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[personal profile] hdiandrew
As my peer group and I age, one thing I notice more is the growth and impact of disorders, psychoses, neuroses (love that term, even though I don't think anyone uses it any more), and other negative mental states (by negative mental states I mean ones that do not serve the conscious desires we have for our lives). Some of this comes from me knowing and being close to more people. I am also more aware of these issues, having seen them in action (and I think we also become more aware of others as we age). However, there is one cause related to us aging that I rarely see mentioned, but which I feel plays a greater and greater role through our lives

When we were younger, we heard and believed that we could do anything. As we aged and chose our paths, certain of those paths closed to us. Often we closed these paths consciously and other times we were unaware that our actions would make others impossible. However, that constant loss of options stays with us. Yes, at one point we could do anything. Now we have made our choices, and to many, these new limits become a weight pressing upon them.

While I used to think complaints about this weight were sometimes a symptom, I now feel the loss of these options is often a cause of these disorders. When young we really do take to heart (as a core personal belief) that we can do anything, but we don't quite comprehend that at some point our choices lessen, usually based on the choices we have made before (not that I am saying life is a Choose Your Own Adventure book), As that comprehension begins to dawn, I think it often has a detrimental impact on our mental health.

This is different from the midlife crisis, which I think often has its roots in this internal conflict. My understanding of midlife crises is that they are dramatic events brought about by this (often unconscious) realization. I also differentiate this from the ennui and angst that we sometimes enjoy and sometimes make fun of. Instead I am talking about the slow, often barely noticeable and only rarely debilitating mental states that continue to grow and shape our lives year after year. I often see it behind odd outbursts of anger, melancholy and the like. It often seems to be linked to a feeling of helplessness, but more often seems to be the cause of that feeling.

Please note that this post is most assuredly NOT directed at anyone on my friends list. Just something that struck me as interesting earlier today.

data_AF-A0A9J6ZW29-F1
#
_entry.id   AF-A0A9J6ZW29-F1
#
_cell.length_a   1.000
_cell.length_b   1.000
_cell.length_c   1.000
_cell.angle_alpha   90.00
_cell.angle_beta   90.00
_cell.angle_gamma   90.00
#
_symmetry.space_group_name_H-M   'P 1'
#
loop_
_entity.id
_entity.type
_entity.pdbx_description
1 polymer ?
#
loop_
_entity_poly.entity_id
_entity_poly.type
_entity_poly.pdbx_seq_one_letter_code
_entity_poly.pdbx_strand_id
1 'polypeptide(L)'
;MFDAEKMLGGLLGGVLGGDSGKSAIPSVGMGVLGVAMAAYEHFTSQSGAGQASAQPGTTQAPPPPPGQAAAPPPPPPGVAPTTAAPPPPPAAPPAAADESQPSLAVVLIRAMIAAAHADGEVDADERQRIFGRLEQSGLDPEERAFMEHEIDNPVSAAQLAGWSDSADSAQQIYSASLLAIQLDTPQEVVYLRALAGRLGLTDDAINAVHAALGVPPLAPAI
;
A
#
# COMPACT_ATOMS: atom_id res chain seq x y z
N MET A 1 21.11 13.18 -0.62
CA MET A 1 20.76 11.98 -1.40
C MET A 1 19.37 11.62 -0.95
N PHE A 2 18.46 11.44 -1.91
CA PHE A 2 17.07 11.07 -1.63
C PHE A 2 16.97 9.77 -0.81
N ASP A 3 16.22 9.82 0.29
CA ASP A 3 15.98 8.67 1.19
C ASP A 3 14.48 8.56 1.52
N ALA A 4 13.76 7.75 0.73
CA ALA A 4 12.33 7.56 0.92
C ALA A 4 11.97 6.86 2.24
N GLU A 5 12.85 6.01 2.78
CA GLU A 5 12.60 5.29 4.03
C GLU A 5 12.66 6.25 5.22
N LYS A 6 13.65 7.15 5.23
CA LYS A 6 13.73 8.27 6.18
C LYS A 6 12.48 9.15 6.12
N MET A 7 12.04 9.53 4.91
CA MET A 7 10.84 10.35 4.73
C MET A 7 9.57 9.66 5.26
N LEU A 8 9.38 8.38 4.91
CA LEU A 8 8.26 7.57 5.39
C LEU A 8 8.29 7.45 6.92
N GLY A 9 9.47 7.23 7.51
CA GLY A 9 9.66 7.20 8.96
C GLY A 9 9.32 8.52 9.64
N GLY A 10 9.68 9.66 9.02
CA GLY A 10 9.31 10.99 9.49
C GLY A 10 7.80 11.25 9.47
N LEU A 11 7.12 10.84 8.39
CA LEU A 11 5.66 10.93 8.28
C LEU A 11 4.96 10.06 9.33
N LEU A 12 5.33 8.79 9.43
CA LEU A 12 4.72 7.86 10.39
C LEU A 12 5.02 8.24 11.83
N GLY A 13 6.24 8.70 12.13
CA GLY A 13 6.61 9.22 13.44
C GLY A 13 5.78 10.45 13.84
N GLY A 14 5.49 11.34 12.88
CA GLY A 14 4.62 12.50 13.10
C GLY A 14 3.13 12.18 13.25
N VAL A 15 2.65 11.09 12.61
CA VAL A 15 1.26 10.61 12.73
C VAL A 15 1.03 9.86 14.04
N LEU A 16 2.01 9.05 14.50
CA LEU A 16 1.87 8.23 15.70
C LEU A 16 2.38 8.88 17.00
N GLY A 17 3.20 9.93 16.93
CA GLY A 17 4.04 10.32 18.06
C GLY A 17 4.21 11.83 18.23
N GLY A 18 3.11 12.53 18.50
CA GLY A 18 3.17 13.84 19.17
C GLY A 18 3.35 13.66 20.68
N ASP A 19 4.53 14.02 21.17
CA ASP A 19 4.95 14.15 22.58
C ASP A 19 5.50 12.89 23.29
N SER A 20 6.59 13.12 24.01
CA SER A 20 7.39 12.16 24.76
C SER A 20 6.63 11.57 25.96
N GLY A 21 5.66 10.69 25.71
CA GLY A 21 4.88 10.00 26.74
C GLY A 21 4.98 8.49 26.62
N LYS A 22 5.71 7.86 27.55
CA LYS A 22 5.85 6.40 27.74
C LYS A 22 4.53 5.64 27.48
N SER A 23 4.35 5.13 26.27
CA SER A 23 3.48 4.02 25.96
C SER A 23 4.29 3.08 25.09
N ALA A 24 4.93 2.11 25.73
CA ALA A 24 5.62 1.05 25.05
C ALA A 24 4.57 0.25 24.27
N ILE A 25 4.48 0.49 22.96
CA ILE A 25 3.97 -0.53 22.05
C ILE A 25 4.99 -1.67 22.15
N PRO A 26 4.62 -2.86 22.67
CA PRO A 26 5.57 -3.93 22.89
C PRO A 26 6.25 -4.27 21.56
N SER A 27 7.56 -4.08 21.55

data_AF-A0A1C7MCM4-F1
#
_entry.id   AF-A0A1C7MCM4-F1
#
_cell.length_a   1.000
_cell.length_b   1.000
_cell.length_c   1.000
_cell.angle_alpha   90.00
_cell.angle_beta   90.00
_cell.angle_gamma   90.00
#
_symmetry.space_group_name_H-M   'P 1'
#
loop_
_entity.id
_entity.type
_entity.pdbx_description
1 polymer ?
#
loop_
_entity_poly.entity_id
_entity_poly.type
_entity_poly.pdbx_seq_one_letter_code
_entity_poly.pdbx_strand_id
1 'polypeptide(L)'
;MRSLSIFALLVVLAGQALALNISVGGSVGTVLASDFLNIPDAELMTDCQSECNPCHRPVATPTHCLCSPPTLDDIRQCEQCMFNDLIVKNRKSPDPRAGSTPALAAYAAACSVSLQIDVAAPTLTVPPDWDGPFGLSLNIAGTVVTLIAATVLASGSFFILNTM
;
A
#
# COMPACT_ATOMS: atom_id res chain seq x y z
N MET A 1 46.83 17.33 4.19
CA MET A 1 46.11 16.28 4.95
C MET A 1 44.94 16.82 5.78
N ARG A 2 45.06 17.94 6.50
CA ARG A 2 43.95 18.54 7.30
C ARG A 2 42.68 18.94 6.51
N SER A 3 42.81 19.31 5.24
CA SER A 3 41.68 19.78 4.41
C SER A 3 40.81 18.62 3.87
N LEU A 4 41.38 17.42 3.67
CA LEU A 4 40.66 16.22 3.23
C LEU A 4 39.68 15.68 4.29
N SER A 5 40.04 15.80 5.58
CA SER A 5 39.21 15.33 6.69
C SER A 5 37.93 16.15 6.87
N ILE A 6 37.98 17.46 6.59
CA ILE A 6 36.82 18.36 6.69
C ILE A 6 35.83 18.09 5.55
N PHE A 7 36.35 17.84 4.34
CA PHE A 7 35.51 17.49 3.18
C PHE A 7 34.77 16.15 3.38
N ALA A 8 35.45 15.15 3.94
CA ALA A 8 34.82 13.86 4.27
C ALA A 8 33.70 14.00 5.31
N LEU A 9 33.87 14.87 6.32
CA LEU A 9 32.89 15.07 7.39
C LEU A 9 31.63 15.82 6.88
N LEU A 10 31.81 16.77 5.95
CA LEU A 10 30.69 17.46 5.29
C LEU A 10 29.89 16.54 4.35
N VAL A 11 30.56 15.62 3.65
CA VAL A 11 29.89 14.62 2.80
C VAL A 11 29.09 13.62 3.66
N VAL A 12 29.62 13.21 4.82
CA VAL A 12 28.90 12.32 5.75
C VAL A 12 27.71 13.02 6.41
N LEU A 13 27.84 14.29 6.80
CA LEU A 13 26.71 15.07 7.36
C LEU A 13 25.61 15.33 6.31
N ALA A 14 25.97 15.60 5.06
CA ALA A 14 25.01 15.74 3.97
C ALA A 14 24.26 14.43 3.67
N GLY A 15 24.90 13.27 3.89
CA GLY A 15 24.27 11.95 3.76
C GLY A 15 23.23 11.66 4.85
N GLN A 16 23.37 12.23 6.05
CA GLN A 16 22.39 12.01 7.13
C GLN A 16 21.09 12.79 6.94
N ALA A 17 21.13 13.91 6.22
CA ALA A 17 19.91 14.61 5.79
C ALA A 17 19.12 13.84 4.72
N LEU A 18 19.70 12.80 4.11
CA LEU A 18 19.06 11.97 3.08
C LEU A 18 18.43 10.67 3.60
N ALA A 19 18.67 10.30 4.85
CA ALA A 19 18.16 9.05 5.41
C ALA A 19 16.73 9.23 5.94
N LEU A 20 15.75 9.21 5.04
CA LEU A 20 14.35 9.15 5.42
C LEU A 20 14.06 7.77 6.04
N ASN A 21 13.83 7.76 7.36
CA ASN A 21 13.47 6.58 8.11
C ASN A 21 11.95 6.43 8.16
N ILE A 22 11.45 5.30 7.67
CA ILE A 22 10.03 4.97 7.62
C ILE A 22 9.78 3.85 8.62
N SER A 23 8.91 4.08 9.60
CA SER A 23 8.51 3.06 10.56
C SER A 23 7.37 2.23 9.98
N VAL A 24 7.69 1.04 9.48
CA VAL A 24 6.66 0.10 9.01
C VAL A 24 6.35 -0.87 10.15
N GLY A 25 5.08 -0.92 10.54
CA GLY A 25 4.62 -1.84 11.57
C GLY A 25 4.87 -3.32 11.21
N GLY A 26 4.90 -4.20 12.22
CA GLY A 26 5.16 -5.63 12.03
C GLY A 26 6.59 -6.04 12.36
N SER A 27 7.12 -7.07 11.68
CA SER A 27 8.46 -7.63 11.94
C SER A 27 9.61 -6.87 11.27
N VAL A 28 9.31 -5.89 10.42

Date: 2011-11-09 07:23 pm (UTC)
From: [identity profile] luckygirl74.livejournal.com
totally agree.

Date: 2011-11-09 09:24 pm (UTC)
From: [identity profile] arma-padawan.livejournal.com
it is definitely interesting, and worth thinking about.

Date: 2011-11-09 10:38 pm (UTC)
From: [identity profile] redwitch.livejournal.com
I totally get what you're talking about, and I think you put into very precise words. And I agree, and definitely feel that movement in my life for sure.

Date: 2011-11-10 01:59 am (UTC)
From: [identity profile] aquaknot.livejournal.com
Just as a point of discussion, that slow reduction in options is often imposed by the growing realization (and hopefully fact) that you have something to lose. Hard to walk away from seniority, from tenure, from the house you bought/fixed up, etc. While these are nice to have, we expend effort to nurture and protect them too. The negative side is that these things also become burdens, or worse, traps. How many people have worked through years of unchallenging, uninteresting jobs just to keep that retirement pie in the sky? And while the security is valuable, what does it do to our brains, our sense of power and our sense of self?

Date: 2011-11-10 02:26 pm (UTC)
From: [identity profile] fringekitty.livejournal.com
This sounds like something I might find in Gestalt or developmental psychology; although I don't remember seeing such a presentation. There is a reference that is stuck somewhere in my brain, trying to itch it's way to the top.

I think it's natural to mourn what we can no longer have as a result of the life path we are walking. However, people aren't encouraged to acknowledge their grief because society is forever saying the car, the house and the 2.5 kids is the grand prize and everyone should be happy to have it.

If a person is successful in balancing what is lost with what is gained, hopefully he or she will find contentment. And IMO, contentment cannot be achieved without fully acknowledging and honoring the grief.

Date: 2011-11-10 10:53 pm (UTC)
From: [identity profile] aquaknot.livejournal.com
Darnit, wish I had a "like" button for that comment, fringekitty!


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Andrew Greenberg

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